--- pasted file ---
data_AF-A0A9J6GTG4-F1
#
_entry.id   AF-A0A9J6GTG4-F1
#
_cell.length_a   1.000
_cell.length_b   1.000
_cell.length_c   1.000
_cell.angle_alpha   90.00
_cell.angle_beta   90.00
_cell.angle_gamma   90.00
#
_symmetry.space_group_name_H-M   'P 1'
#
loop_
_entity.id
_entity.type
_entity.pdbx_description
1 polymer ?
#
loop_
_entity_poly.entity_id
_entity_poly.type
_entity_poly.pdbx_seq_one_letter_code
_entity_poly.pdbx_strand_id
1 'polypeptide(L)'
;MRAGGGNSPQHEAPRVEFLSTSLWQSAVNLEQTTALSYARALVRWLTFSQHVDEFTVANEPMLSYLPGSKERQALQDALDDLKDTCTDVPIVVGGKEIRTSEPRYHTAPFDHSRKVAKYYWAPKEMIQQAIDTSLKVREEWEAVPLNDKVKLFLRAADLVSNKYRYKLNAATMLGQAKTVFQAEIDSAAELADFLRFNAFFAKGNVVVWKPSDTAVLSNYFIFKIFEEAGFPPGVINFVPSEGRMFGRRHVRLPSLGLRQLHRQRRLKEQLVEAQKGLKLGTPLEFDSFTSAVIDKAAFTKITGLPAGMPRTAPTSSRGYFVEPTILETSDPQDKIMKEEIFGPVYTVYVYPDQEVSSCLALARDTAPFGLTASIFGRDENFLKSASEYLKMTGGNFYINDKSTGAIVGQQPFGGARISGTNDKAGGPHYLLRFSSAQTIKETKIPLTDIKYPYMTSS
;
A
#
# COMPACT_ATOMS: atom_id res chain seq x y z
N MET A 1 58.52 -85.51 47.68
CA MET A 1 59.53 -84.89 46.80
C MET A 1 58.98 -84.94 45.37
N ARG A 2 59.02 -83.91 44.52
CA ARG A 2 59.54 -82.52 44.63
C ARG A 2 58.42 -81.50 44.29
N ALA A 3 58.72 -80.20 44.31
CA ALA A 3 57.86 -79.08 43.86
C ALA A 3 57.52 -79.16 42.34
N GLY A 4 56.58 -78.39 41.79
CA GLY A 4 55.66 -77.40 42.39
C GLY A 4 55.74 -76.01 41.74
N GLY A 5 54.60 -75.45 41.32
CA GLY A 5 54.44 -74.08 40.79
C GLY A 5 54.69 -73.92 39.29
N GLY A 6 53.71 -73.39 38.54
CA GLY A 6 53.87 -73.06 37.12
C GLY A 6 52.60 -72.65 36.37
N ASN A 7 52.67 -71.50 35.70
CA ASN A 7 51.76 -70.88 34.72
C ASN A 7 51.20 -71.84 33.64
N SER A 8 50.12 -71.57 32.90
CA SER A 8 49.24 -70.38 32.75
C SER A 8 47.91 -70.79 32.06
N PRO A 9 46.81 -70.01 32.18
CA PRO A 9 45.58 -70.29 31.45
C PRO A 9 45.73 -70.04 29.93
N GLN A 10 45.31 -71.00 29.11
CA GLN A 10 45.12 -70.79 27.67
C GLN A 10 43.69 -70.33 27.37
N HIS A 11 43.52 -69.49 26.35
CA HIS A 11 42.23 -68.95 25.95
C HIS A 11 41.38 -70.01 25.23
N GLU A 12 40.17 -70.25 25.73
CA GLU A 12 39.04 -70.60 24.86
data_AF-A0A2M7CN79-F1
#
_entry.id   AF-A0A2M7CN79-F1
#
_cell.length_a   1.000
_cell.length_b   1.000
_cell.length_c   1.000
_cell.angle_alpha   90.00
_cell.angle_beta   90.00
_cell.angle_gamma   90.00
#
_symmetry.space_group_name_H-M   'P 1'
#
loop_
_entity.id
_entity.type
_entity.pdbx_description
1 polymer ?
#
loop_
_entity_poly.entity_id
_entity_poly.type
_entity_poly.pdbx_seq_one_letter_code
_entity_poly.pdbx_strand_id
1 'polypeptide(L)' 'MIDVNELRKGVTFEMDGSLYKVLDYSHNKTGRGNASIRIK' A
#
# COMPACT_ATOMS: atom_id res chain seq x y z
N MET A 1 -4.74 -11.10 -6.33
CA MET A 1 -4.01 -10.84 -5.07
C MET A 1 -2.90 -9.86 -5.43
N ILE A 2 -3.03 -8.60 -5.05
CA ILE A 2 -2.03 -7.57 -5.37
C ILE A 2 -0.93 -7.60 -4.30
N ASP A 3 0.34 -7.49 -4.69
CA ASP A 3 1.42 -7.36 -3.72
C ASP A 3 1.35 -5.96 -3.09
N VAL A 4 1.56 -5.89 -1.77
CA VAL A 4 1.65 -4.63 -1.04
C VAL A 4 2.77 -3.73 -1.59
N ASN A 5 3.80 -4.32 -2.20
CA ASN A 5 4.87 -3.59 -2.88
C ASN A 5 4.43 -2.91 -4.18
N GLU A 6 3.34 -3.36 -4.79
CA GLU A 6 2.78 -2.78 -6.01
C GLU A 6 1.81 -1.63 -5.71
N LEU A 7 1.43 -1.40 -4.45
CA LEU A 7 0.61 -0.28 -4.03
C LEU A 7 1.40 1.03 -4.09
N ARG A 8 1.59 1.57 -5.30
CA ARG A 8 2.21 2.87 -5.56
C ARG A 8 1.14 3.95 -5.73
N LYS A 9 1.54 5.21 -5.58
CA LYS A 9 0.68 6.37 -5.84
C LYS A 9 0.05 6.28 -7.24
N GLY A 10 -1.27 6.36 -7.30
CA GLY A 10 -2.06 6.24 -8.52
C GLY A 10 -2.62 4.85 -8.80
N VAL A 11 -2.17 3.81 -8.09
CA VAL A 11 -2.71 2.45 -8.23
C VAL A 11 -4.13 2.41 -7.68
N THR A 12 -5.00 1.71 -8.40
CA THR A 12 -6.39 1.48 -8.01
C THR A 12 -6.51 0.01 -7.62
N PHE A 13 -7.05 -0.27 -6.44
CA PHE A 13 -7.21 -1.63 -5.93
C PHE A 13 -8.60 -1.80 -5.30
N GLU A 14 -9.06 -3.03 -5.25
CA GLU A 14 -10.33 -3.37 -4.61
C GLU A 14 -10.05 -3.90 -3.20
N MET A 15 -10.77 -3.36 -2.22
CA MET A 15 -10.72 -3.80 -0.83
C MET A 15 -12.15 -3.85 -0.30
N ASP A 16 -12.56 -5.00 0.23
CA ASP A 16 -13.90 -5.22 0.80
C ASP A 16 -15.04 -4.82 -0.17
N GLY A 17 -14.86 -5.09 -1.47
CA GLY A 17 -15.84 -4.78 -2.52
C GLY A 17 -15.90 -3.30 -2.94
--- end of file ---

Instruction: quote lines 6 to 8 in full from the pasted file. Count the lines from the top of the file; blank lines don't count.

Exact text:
_cell.length_b   1.000
_cell.length_c   1.000
_cell.angle_alpha   90.00